Yes. I don't remember where I saw it. Essentially, when it comes to women of color, being authentic, it's like be authentic as long as you still fit what is comfortable for us. If you are outside of what's comfortable for us then please mold yourself into this. Jumping back to like what we were taught as authentic before like the sharing of the trauma stories, the the stretch marks stuff, the breastfeeding stuff, all of these like, and not that they're bad, but it's more so vulnerability compared to authenticity. For me, authenticity is showing up in a way that feels like me whether that be today I don't have my nails. Usually I have on like these like long, crazy fun nails.

Jen Liddy  

I noticed you didn’t have them run today. She doesn't feel like it today, right? She doesn't feel like it

Alyssa Hall

In the middle of packing, I'm like, I don't want to worry about anything. Other than that, I really like to make it a point to show up as my full self because I know other people don't have that luxury to do that. I want to always actively break down for people. What does professional look like even now, for the last 10 months or so I've been wearing my hair naturally. This was not a conscious decision but here we are 10 months later, and we're still doing it. Even understanding like reshaping my own thoughts about that. What am I defining as professional? What am I defining as looking up kept or whatever. These are all the different types of mental gymnastics that women of color have to deal with compared to a white woman ,a messy bun has now been okay.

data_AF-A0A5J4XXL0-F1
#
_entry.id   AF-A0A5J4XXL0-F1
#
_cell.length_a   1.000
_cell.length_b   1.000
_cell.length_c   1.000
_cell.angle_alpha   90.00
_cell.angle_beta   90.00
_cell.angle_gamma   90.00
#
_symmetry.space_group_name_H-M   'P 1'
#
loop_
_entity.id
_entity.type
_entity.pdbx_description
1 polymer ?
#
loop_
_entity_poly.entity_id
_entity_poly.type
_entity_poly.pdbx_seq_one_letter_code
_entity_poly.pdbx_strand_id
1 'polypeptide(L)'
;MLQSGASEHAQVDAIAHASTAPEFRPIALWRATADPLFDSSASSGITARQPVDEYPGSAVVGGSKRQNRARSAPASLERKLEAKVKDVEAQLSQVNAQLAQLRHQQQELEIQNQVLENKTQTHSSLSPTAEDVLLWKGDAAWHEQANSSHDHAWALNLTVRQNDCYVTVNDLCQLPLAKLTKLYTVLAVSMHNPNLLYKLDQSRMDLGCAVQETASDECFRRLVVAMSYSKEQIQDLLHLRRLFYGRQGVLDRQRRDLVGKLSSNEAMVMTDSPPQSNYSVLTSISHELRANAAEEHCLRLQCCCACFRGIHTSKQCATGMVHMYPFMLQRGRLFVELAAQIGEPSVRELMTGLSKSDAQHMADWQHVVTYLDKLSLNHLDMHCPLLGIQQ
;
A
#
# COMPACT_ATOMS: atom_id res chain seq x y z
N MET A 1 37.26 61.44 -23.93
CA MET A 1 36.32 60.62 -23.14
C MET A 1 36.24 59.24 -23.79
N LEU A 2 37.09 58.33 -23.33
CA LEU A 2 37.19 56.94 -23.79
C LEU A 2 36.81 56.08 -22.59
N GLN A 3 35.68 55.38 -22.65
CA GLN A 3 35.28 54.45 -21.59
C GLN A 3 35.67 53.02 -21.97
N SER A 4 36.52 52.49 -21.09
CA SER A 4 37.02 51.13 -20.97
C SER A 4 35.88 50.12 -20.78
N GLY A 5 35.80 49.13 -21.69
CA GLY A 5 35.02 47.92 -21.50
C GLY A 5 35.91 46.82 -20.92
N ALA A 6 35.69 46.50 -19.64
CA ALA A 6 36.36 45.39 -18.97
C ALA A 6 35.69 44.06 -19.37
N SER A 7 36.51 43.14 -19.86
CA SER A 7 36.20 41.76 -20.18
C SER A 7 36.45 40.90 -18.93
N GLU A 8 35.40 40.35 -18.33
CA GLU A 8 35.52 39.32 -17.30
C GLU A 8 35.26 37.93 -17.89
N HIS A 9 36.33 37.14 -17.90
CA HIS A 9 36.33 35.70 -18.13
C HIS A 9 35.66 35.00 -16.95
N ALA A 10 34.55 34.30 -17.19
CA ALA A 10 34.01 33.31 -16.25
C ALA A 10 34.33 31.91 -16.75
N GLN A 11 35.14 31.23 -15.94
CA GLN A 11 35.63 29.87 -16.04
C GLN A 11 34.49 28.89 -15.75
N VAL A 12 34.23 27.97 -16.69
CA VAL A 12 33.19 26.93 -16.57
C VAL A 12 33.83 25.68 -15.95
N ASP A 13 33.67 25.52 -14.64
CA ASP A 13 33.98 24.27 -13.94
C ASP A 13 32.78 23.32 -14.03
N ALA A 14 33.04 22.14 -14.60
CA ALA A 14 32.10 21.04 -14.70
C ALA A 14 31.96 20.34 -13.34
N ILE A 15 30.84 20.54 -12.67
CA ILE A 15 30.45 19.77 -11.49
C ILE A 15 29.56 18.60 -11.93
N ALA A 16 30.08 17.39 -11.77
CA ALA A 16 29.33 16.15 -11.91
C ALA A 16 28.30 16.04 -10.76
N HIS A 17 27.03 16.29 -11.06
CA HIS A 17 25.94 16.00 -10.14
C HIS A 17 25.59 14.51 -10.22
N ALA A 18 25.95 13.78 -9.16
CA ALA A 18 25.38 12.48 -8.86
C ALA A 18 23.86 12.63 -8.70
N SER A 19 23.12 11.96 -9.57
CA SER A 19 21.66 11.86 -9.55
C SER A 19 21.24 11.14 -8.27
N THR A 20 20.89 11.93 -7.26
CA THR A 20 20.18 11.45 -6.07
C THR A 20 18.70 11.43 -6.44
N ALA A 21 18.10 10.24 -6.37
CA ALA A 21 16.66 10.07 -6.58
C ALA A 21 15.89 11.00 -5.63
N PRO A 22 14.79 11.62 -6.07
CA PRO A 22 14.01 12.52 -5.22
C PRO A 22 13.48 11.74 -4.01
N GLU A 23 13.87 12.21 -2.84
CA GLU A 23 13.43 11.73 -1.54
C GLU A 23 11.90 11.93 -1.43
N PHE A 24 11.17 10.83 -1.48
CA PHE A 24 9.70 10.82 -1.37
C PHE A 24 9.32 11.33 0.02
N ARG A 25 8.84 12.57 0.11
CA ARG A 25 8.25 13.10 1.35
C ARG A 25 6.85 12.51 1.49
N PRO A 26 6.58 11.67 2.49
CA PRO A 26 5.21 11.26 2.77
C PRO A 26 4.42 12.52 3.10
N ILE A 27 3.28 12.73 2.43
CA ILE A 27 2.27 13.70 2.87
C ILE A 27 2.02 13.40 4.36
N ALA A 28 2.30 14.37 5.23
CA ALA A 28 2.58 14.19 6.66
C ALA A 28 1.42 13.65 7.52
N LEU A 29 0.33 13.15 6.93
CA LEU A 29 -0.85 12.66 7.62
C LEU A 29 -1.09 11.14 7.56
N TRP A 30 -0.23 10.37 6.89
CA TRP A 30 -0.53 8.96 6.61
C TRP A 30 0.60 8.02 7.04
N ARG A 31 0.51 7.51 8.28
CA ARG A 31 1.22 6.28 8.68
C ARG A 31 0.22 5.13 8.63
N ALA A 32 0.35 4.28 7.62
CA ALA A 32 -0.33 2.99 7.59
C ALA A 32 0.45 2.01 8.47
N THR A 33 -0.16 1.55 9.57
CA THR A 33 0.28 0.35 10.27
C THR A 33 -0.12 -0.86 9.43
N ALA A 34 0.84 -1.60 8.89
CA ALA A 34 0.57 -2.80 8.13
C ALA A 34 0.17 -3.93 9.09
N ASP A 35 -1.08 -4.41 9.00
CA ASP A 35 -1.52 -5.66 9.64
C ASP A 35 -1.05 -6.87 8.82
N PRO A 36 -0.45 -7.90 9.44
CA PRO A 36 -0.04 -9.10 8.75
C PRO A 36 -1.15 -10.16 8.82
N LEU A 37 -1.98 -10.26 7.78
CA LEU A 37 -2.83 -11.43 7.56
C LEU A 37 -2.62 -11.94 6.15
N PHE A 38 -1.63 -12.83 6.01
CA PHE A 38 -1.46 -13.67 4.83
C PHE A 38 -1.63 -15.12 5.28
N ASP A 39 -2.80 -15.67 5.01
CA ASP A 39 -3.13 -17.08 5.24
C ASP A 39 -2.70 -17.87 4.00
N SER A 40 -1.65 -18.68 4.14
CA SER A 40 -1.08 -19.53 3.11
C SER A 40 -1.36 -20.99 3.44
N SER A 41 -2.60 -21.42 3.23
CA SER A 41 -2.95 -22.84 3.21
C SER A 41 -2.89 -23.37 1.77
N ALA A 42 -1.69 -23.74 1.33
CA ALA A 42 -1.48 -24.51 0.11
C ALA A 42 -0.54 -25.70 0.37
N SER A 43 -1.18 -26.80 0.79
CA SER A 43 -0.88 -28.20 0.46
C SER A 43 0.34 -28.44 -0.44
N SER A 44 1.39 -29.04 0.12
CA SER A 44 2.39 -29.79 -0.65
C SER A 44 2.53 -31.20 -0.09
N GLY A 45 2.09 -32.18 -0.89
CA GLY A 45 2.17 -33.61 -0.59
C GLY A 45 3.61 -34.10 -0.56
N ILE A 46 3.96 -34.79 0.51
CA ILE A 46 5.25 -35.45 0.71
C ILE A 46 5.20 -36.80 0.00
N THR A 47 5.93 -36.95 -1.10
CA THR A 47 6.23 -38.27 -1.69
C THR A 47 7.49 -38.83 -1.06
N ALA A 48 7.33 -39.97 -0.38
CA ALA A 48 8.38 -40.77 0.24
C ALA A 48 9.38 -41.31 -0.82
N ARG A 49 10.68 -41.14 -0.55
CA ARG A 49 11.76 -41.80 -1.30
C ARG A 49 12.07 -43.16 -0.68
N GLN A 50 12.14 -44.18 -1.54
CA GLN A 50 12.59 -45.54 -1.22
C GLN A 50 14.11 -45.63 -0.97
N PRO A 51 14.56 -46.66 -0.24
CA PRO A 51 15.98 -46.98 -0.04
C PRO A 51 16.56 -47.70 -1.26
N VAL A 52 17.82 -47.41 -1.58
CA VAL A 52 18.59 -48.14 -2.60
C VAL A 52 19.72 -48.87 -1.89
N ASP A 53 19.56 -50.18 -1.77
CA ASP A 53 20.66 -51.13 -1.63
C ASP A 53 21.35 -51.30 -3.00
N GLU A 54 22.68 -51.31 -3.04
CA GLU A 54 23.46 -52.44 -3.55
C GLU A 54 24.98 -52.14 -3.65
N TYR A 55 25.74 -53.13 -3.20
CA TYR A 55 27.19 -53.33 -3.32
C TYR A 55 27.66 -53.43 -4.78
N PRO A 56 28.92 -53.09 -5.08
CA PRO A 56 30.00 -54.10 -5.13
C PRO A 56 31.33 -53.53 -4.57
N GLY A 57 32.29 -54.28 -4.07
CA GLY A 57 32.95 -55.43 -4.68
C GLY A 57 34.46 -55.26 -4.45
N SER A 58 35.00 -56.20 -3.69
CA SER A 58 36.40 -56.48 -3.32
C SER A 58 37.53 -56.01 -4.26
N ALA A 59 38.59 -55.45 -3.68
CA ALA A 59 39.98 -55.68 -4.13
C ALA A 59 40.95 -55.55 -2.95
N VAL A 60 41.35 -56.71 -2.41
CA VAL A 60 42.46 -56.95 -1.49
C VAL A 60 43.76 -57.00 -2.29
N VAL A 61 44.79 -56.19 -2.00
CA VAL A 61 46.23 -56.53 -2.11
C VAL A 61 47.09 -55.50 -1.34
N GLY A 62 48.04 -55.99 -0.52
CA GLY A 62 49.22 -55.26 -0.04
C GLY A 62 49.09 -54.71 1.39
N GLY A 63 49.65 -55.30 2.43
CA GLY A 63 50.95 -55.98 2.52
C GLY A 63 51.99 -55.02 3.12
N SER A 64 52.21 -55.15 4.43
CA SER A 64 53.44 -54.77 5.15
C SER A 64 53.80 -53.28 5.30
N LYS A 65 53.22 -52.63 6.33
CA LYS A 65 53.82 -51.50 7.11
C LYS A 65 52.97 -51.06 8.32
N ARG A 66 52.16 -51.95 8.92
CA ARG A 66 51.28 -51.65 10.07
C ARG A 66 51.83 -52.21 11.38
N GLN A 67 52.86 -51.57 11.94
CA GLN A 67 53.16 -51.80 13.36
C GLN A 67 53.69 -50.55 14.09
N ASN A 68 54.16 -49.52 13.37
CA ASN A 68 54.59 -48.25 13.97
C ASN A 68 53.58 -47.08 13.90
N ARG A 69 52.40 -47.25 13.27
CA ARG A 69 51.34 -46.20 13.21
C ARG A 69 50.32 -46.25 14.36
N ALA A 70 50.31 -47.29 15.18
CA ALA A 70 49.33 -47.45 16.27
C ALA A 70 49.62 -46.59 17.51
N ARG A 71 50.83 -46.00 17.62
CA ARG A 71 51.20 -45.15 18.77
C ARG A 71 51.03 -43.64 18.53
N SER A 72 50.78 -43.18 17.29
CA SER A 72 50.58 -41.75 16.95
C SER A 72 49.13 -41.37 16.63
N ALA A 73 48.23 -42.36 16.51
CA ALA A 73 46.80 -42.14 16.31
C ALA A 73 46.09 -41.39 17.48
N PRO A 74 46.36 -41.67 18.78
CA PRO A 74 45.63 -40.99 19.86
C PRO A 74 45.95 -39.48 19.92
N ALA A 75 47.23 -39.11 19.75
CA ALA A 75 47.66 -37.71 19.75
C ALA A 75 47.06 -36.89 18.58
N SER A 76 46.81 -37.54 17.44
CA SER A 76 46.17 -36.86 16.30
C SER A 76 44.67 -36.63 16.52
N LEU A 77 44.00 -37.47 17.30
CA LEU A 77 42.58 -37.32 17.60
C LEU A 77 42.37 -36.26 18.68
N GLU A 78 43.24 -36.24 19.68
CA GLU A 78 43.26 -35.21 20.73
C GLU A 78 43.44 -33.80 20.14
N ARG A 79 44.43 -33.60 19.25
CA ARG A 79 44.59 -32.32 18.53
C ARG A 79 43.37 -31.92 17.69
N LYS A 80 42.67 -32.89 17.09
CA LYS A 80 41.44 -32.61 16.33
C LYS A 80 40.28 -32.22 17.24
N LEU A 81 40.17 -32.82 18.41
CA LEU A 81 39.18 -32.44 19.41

Jen Liddy

It's normalized. There's just all of these extra layers that I imagine, you know, as a white woman, I know how exhausting all the bullshit is of running a business and marketing yourself and also trying to have a life and keep up your relationship and I'm a mom, too, right? All of this is exhausting. You're just saying there's additional layers that we need to consider in order to be inclusive. I'm trying to be authentic, and it just can take a lot out of us.

Alyssa Hall  

Right.  I'm even thinking about what our cultural norms that have long since been seen as not inappropriate, but unprofessional, that we may want to be able to express in what we're doing and how does that now affect us from showing up authentic when only a certain part of us is allowed to be shown in this authenticity conversation.

Jen Liddy  

Let’s move into the idea about professionalism. I think these kinds of things really suit our seamless spectrum of things we need to consider. What does professional mean to you before you really started kind of embracing this work that you're doing? What is the white version of being professional  mean?

Alyssa Hall